This mastic is durable and sets perfectly well. Most homeowners recommended this product because of its excellent performance in holding tile on a vertical plane.

    This mastic is premixed and ready to use for backsplash and flooring applications. It is a type I mastic with excellent bonding capacity for both commercial and residential use.

    Dap 25192 requires no bracing upon installation and is ideal to use for tiles with less than 8 x 8-inch size. You don’t need to apply more products for better adhesion since it has thick and strong adhesive properties.

    What Is Thinset?

    Thinset is also known as thinset mortar or dry-set mortar. Thinset is a tile adhesive that works best in places where moisture is a problem such as shower walls, tubs, sink backsplash, and bathroom flooring. It’s made up of cement, finely graded sand, and a water-retention substance that helps the cement hydrate properly. It is designed to be applied in a thin layer that’s typically not greater than 3/16″ thick.

    Advantages of Using Thinset for Backsplash

    • Stronger than mastic. Thinset is a better choice for horizontal applications that are often subjected to strong forces.
    • Strong structural support. Thinset provides excellent stability and makes small height modifications possible.
    • Applicable for larger applications. There are product variations of thinset such as the medium bed thinset mortar that is useful for large and thick materials.
    • Ideal for areas with high moisture content. Although thinset is not waterproof, it is not water-soluble either. When moisture is present, it will not return to a liquefied state, unlike mastic.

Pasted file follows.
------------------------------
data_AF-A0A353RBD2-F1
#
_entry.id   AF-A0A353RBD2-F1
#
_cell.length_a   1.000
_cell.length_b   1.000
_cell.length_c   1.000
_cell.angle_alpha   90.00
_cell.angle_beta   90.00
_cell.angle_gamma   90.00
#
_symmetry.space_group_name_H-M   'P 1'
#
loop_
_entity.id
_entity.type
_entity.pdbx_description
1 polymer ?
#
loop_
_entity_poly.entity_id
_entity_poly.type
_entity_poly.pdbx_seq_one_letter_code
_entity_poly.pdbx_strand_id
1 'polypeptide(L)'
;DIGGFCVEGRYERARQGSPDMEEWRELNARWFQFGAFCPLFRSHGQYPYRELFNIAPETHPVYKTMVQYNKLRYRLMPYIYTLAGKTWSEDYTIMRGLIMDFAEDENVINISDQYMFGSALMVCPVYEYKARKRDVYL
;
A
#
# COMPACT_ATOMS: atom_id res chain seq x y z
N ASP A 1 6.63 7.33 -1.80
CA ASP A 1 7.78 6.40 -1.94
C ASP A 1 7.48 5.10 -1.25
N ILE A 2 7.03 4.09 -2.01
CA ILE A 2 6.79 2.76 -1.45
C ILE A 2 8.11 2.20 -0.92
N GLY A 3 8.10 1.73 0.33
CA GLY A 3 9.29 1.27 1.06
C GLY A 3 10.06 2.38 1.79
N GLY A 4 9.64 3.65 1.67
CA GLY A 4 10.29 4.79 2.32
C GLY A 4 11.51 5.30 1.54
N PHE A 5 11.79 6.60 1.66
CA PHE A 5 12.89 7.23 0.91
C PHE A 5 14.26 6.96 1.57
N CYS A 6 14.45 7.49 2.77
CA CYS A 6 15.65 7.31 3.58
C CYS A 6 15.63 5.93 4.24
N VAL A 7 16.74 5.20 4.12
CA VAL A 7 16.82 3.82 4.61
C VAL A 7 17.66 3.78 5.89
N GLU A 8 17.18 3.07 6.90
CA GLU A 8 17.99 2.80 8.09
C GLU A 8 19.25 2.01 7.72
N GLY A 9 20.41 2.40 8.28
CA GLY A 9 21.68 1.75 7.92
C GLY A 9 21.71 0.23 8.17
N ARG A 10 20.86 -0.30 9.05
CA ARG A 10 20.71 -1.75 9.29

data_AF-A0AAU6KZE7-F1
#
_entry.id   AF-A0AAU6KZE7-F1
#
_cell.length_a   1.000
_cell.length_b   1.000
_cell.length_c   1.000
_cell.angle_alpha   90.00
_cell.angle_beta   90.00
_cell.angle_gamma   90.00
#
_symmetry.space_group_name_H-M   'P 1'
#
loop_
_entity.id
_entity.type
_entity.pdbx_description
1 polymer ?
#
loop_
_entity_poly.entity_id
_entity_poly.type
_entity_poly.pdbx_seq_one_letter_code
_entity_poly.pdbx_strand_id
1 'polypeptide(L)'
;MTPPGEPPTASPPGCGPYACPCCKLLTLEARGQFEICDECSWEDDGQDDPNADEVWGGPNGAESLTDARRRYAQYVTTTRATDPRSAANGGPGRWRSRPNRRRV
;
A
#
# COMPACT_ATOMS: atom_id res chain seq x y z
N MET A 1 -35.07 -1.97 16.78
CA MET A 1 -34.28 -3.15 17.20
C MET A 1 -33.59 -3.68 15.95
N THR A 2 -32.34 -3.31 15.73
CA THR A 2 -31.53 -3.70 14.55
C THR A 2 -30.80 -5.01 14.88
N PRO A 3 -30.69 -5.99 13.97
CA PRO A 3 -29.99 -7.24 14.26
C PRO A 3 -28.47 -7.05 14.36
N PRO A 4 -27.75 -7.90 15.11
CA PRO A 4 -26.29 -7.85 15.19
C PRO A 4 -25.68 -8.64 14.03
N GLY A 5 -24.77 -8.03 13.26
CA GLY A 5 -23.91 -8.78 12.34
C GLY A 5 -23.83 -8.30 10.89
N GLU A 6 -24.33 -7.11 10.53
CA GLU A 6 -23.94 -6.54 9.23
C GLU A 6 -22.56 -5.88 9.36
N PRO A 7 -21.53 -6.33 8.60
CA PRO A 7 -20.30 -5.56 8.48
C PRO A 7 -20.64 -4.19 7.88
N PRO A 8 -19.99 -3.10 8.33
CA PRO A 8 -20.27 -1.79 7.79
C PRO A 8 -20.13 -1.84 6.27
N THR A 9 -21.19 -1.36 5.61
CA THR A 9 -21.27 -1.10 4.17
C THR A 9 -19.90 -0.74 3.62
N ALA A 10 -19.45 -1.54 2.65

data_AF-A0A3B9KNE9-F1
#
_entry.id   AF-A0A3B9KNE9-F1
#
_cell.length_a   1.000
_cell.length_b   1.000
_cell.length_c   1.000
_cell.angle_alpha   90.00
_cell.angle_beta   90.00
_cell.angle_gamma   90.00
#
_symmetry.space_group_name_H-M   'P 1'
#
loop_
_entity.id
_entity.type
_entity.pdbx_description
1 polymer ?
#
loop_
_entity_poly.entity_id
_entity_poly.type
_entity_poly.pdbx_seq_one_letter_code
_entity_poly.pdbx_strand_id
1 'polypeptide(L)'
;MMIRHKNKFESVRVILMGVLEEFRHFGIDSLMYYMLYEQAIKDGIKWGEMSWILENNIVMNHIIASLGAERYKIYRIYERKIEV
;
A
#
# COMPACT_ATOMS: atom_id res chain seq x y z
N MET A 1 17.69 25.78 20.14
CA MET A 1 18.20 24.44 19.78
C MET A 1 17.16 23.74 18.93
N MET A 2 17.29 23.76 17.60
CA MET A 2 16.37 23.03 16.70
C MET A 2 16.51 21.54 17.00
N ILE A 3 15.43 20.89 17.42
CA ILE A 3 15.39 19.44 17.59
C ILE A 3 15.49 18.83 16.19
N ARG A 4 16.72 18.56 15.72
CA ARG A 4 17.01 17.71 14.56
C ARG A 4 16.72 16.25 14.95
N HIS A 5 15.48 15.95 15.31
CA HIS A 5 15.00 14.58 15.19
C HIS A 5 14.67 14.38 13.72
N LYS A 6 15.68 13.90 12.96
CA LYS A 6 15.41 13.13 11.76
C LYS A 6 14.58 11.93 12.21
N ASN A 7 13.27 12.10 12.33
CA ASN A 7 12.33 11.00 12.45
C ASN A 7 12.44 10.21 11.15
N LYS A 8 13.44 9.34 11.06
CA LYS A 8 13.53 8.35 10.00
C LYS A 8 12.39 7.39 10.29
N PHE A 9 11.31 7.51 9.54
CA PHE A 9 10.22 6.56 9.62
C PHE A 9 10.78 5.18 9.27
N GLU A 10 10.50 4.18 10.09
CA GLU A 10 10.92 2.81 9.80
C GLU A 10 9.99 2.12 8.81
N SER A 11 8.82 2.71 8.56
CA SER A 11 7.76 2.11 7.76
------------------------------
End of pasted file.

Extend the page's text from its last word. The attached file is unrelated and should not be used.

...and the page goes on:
• Not prone to mold growth. Thinset is inorganic and does not catalyze any bacteria buildup.

    Disadvantages of Using Thinset for Backsplash

    • Slow curing time. Thinset takes a long time to dry which makes it possible for vertically mounted tiles to sag during this period.
    • Difficult to remove. To remove the backsplash with thinset, a lot of effort and considerable labor is needed to demolish that area.

    Mastic vs Thinset for Backsplash

    Now that we know the differences between mastic and thinset for backsplash, which adhesive should you use?

    You will need spacers to set backsplash tiles using thinset to avoid the materials sliding into each other since thinset requires time to set. Unlike with mastic, spacers are not necessary.

    Mastic can dry and solidify quickly. The fast-drying capability of mastic is beneficial in a way that it stops the tiles from sagging and slipping from each other during installation.

    Mastic is cheaper than thinset. However, it’s less resilient and susceptible to decay when exposed to moisture. This means you will have to reapply it more frequently, resulting in higher long-term costs.